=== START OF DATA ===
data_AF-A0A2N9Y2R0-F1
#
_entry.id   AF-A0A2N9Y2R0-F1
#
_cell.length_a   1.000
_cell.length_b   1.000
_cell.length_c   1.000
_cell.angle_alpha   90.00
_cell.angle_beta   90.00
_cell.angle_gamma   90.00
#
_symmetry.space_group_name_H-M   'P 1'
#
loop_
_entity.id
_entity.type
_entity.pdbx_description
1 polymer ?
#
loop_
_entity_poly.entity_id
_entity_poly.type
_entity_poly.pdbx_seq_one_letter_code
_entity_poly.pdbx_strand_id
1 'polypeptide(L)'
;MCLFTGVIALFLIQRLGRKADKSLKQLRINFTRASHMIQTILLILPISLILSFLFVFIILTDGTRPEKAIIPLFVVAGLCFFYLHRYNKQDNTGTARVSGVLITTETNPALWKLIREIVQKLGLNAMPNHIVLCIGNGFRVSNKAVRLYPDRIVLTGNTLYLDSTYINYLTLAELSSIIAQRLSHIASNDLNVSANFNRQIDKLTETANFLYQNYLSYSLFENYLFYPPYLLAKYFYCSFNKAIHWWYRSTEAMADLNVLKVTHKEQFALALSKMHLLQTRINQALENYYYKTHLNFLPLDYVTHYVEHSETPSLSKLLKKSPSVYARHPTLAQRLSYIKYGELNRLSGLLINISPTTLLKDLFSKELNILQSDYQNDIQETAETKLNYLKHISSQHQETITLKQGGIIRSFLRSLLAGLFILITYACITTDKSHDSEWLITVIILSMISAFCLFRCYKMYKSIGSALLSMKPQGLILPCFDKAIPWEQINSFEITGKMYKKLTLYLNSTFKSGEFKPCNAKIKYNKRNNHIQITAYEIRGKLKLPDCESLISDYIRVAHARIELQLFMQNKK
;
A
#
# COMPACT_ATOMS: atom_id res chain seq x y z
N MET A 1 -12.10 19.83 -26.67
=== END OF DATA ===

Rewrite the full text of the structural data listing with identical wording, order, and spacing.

data_AF-A0A2N9Y2R0-F1
#
_entry.id   AF-A0A2N9Y2R0-F1
#
_cell.length_a   1.000
_cell.length_b   1.000
_cell.length_c   1.000
_cell.angle_alpha   90.00
_cell.angle_beta   90.00
_cell.angle_gamma   90.00
#
_symmetry.space_group_name_H-M   'P 1'
#
loop_
_entity.id
_entity.type
_entity.pdbx_description
1 polymer ?
#
loop_
_entity_poly.entity_id
_entity_poly.type
_entity_poly.pdbx_seq_one_letter_code
_entity_poly.pdbx_strand_id
1 'polypeptide(L)'
;MCLFTGVIALFLIQRLGRKADKSLKQLRINFTRASHMIQTILLILPISLILSFLFVFIILTDGTRPEKAIIPLFVVAGLCFFYLHRYNKQDNTGTARVSGVLITTETNPALWKLIREIVQKLGLNAMPNHIVLCIGNGFRVSNKAVRLYPDRIVLTGNTLYLDSTYINYLTLAELSSIIAQRLSHIASNDLNVSANFNRQIDKLTETANFLYQNYLSYSLFENYLFYPPYLLAKYFYCSFNKAIHWWYRSTEAMADLNVLKVTHKEQFALALSKMHLLQTRINQALENYYYKTHLNFLPLDYVTHYVEHSETPSLSKLLKKSPSVYARHPTLAQRLSYIKYGELNRLSGLLINISPTTLLKDLFSKELNILQSDYQNDIQETAETKLNYLKHISSQHQETITLKQGGIIRSFLRSLLAGLFILITYACITTDKSHDSEWLITVIILSMISAFCLFRCYKMYKSIGSALLSMKPQGLILPCFDKAIPWEQINSFEITGKMYKKLTLYLNSTFKSGEFKPCNAKIKYNKRNNHIQITAYEIRGKLKLPDCESLISDYIRVAHARIELQLFMQNKK
;
A
#
# COMPACT_ATOMS: atom_id res chain seq x y z
N MET A 1 -12.10 19.83 -26.67